C4iSR: Air

Elbit to supply helmet-mounted displays for US Army helicopter crews

23 January 2019

The US Army is upgrading the HGU-56/P Rotary Wing Helmets (RWHs) of its helicopter crews with an Elbit-developed Common Helmet Mounted Display. Source: IHS Markit/Gareth Jennings

The US Army has selected Elbit Systems to satisfy its Air Soldier Common Helmet Mounted Display (CHMD) requirement, with a USD24.3 million contract awarded on 22 January.

The initial firm-fixed-price award will see Elbit Systems of America's subsidiary Elbit Fort Worth Inc providing an undisclosed number of helmets through to 21 January 2024. Further funding will be provided for additional orders, with the US Army planning to acquire 1,825 such helmets over a five-year ordering period.

Through its CHMD requirement, the US Army is looking to add a helmet to the Raytheon Air Soldier system developed to provide helicopter crews with enhanced situational awareness (SA).

As previously disclosed by the service, the CHMD is an advanced, see-through, high-definition, digital helmet mounted display (HMD) to support all US Army rotary-wing platforms, except the Boeing AH-64D Apache Longbow (currently being replaced by the AH-64E Apache Guardian). The display will be integrated onto the HGU-56/P Rotary Wing Helmet (RWH), modified to include a magnetic head tracker and other headborne Aviation Life Support Equipment (ALSE) equipment.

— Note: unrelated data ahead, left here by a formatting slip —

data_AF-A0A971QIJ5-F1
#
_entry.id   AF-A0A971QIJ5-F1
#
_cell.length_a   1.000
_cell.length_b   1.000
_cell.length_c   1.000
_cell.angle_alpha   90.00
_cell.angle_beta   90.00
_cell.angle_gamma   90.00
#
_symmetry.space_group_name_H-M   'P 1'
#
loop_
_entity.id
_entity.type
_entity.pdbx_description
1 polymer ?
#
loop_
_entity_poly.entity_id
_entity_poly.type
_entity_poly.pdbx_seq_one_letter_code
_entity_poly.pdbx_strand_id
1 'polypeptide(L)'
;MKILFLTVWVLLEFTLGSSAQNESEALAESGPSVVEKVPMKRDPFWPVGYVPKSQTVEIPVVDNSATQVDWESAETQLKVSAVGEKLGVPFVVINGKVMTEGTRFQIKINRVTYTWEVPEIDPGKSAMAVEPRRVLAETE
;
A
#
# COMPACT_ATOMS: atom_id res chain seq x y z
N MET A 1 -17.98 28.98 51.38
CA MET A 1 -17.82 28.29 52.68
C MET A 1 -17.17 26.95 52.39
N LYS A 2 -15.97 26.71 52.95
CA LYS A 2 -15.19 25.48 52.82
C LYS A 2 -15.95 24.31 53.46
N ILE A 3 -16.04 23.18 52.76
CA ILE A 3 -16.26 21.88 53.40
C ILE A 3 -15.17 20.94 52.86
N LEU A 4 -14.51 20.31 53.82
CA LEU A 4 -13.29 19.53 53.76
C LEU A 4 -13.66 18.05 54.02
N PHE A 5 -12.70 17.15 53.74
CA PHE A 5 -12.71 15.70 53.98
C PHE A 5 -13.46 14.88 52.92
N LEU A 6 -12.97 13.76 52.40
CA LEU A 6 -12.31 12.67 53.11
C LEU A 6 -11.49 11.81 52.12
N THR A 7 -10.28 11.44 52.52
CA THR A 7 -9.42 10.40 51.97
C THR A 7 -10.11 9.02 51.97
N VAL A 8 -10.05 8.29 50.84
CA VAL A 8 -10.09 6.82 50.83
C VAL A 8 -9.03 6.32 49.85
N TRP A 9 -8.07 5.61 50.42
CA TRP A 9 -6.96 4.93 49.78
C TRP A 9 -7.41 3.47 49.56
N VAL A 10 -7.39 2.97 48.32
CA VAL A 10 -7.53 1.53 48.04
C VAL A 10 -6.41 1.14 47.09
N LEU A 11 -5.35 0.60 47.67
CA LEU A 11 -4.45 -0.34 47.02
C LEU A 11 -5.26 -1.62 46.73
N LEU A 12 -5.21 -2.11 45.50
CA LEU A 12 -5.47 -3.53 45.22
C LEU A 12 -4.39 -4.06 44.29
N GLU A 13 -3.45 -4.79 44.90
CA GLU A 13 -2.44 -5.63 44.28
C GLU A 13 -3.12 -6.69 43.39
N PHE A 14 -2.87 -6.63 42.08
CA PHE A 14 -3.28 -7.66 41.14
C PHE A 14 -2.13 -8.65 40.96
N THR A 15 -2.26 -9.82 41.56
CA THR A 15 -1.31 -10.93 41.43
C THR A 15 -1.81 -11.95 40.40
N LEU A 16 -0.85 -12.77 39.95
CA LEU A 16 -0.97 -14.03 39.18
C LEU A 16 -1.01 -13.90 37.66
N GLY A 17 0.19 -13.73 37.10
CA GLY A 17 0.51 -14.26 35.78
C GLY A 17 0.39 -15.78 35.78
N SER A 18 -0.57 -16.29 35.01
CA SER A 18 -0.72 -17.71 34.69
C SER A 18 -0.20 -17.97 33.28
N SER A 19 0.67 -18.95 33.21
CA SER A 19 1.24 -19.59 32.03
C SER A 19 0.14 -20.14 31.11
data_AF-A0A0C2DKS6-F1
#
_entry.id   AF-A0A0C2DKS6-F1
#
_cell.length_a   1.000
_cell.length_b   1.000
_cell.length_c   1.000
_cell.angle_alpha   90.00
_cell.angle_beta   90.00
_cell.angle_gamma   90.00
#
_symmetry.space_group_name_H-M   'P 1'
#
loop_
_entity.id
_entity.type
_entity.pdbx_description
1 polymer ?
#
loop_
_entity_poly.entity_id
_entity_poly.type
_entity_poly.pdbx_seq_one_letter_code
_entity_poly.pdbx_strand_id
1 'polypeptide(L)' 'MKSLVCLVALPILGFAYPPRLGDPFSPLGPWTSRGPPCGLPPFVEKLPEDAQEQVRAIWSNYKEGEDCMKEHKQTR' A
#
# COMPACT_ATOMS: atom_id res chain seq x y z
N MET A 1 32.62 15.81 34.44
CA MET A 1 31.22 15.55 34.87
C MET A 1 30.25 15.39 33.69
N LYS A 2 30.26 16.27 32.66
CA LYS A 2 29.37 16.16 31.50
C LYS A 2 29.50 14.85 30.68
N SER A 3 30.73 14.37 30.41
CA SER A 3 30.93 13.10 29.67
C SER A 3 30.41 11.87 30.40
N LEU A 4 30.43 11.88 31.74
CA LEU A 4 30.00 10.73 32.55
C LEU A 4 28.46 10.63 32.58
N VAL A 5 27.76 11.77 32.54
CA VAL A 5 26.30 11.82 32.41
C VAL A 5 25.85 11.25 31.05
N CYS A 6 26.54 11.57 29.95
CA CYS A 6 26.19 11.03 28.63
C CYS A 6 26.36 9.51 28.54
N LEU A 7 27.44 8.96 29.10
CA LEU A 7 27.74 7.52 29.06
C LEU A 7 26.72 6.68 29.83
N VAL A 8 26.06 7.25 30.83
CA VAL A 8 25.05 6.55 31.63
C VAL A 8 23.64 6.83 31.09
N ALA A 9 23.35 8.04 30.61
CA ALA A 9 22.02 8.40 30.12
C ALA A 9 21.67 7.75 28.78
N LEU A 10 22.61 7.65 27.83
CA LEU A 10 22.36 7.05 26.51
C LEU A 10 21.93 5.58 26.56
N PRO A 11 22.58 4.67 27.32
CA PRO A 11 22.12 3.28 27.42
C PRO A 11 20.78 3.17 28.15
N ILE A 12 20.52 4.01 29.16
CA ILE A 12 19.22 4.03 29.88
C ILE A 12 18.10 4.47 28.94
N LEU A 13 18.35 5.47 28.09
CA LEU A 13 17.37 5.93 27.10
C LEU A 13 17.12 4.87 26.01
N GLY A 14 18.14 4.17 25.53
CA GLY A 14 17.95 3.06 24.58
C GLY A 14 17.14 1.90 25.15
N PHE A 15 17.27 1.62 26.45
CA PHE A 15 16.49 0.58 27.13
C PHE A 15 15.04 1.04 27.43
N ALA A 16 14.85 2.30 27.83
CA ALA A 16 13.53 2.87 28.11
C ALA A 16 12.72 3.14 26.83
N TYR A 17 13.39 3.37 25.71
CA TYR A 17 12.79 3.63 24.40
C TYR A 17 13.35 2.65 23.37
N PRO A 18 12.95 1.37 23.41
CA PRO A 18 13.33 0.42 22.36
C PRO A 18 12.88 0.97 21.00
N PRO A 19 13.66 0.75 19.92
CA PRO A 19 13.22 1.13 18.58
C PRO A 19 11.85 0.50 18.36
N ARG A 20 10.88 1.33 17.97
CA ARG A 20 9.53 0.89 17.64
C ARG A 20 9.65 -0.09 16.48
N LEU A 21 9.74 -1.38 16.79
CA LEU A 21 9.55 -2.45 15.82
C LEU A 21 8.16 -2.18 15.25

In securing the contract, Elbit beat competition from BAE Systems and Thales.

Air Soldier (sometimes referred to as Aviation Warrior) starts with the fitting of two multifunctional displays (MFDs) to the cockpit (one per pilot) to provide all of the mission processing capability. These replace several analogue gauges with modular digital interfaces that are all plug-compatible, meaning there is no need to re-qualify the aircraft.

These two MFDs are then augmented with two additional cockpit-mounted displays that have a smartphone look and feel to them. As well as the two MFDs and two cockpit-mounted displays, the pilots and crew members have modifications to their personal equipment, including a smartphone-sized computer that is typically worn on the vest.

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